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Johann Sebastian BACH (1685-1750)
Violin Concertos

Concerto for Two Violins in D minor, BWV 1043 [14:46]
Concerto for Violin in A minor, BWV 1041 [13:22]
Concerto for Violin in E major, BWV 1042 [16:28]
Concerto for Oboe and Violin in C minor, BWV 1060 [14:06]
Julia Fischer (violin)
Alexander Sitkovetsky (violin, BWV 1043); Andrey Rubtsov (oboe, BWV 1060)
Academy of St Martin in the Fields
rec. St Paul’s Deptford, London, 2-4 June 2008
DECCA 4780650
Experience Classicsonline

I first read about this album in one of Norman Lebrecht’s articles. Bemoaning the apparent ‘death of Decca’, he describes the soloist’s sound and the general production as “poorly balanced and over-bright ... firmly in the lower leagues. Decca in its heyday would not have passed this product.” Elsewhere, the disc has received almost universal plaudits and has become an immediate bestseller both as hard copy and download. So, what’s all the fuss about, and who is right?

With innumerable rave concert performances and numerous successful releases on the Pentatone label, Julia Fischer has not only been establishing a name for herself as a performer of stature in core repertoire for the violin, but has also already shown her skill and commitment to the works of J.S. Bach, winning the Yehudi Menuhin competition and winning praise for her playing of that composer at a very young age. Pentatone has a niche market specialising in SACD recordings, and Julia Fischer appears on nine of their current releases with more in the pipeline. Even such an array of musical calling cards, combined with the marketing strength possessed by sexy young violinists in a line from Anne-Sophie Mutter in the 1980s to Janine Jansen and others in the naughties doesn’t guarantee mass popularity and success when transferred to a label with the long tradition and reputation of Decca. While I’m prepared to bet my Woolworths shares that it does help, it has to be the intrinsic quality in the performance and recording which gives such a release real legs.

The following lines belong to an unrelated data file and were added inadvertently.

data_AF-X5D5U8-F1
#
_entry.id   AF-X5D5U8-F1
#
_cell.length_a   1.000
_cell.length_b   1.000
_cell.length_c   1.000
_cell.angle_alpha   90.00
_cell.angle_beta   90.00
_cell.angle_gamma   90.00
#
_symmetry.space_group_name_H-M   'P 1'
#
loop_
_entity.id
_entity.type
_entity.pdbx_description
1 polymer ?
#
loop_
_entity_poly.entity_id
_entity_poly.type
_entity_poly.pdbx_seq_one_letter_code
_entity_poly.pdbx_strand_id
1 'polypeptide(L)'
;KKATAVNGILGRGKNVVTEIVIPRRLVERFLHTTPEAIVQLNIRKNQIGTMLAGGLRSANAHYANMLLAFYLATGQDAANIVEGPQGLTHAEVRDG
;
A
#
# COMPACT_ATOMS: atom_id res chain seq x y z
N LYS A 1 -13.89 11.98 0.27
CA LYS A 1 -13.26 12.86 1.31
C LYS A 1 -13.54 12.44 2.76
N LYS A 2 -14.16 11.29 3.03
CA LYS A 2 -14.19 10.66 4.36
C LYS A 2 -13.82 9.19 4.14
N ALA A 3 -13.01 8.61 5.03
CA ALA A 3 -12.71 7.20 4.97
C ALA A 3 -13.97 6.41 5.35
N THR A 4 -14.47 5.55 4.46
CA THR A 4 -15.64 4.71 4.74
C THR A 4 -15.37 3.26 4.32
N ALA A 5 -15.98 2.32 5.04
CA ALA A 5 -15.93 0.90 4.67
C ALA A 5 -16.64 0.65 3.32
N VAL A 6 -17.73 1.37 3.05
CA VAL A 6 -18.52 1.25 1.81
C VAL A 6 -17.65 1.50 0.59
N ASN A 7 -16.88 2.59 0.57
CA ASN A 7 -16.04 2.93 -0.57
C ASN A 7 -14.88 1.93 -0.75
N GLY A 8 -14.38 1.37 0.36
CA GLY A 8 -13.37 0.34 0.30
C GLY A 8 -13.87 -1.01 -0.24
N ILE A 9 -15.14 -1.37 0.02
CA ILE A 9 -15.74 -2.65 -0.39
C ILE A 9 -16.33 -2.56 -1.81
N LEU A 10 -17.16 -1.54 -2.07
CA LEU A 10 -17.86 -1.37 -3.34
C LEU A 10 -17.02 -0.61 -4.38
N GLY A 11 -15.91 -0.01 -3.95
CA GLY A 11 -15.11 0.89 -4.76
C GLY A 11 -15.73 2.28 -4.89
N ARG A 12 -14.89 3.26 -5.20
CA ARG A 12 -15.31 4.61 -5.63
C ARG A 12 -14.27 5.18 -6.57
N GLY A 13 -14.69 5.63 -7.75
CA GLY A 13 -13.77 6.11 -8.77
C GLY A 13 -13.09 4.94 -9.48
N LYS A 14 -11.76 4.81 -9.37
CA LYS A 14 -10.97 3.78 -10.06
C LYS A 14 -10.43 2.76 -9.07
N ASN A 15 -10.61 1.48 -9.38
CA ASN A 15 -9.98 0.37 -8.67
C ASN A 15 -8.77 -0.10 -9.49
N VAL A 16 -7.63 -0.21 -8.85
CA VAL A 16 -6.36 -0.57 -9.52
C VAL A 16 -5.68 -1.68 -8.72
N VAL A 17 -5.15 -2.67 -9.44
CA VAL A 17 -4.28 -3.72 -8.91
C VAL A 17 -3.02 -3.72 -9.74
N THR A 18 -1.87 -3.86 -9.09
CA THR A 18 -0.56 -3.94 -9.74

These are some of my favourite pieces of all time, let alone favourite works by J.S. Bach, and I’m sure there are many of the same opinion. The sheer upbeat nature of many of the outer movements and the sublime beauty of the middle movements make the best of these pieces a guaranteed winner on any desert island, and in such circumstances you are going to want recordings to which you can listen time and time again, without losing all that fresh energy and moving emotion on repeated hearings. My long-term favourite in these works has been that with the father and son team of Igor and David Oistrakh in the double concerto, David Oistrach a soloist in the BWV 1041 and two concertos, with the Royal Philharmonic Orchestra conducted by Sir Eugene Goossens, and not forgetting the impeccable George Malcolm helping everything along on harpsichord continuo in the double concerto. This Deutsche Grammophon recording has less of a chamber-music feel than this new release from Decca, but the sheer beauty of texture in the orchestra and emotion in the solo playing is something which has always brought me back. There are a few others from the ‘non-authentic’ stable which I still have kicking around: the rather nasty sounding early digital Gidon Kremer multi-tracking the double concerto on Philips, Yehudi Menuhin with the Bath Festival Orchestra in 1960 on EMI for instance which has rather more pleasant memories, and that with Josef Suk and the Suk Chamber Orchestra on a 1980s Supraphon disc which now seems terribly heavy and lugubrious when compared to the shafts of sunlight projected through our speakers from Julia Fischer and the ‘conductor-less’ Academy of St Martin in the Fields.

To my ears, the pacing of each movement is well nigh perfect on this new disc. The opening of the Concerto for Two Violins in D minor, BWV 1043 invites the listener in with bright energy and fleet lightness of touch. The soloists are in fact not as far forward in the balance as many other recordings I could name, and this means that the solo/ripieno effects of the concerto grosso legacy from which this style of work derives work very well. The soloists can almost disappear into the orchestral texture during tuttis, and soar majestically when the accompaniment takes on a secondary role. The famous Largo ma non tanto moves along with elegant grace rather than cloying sentimentality, but the sighing downward motifs are allowed plenty of space to develop, and the contrapuntal layers are beautifully balanced. Alexander Sitkovetsky matches Julia Fischer well in terms of tone and expression, and it is often hard to tell the two apart. They both play Guadagini violins of similar 18th century vintage, so this is no great surprise. The final Allegro swings along with maximum Úlan, but still with a delightfully understated undertow from all concerned, placing all the notes where they belong rather than succumbing to a headlong tumult which compresses and distorts.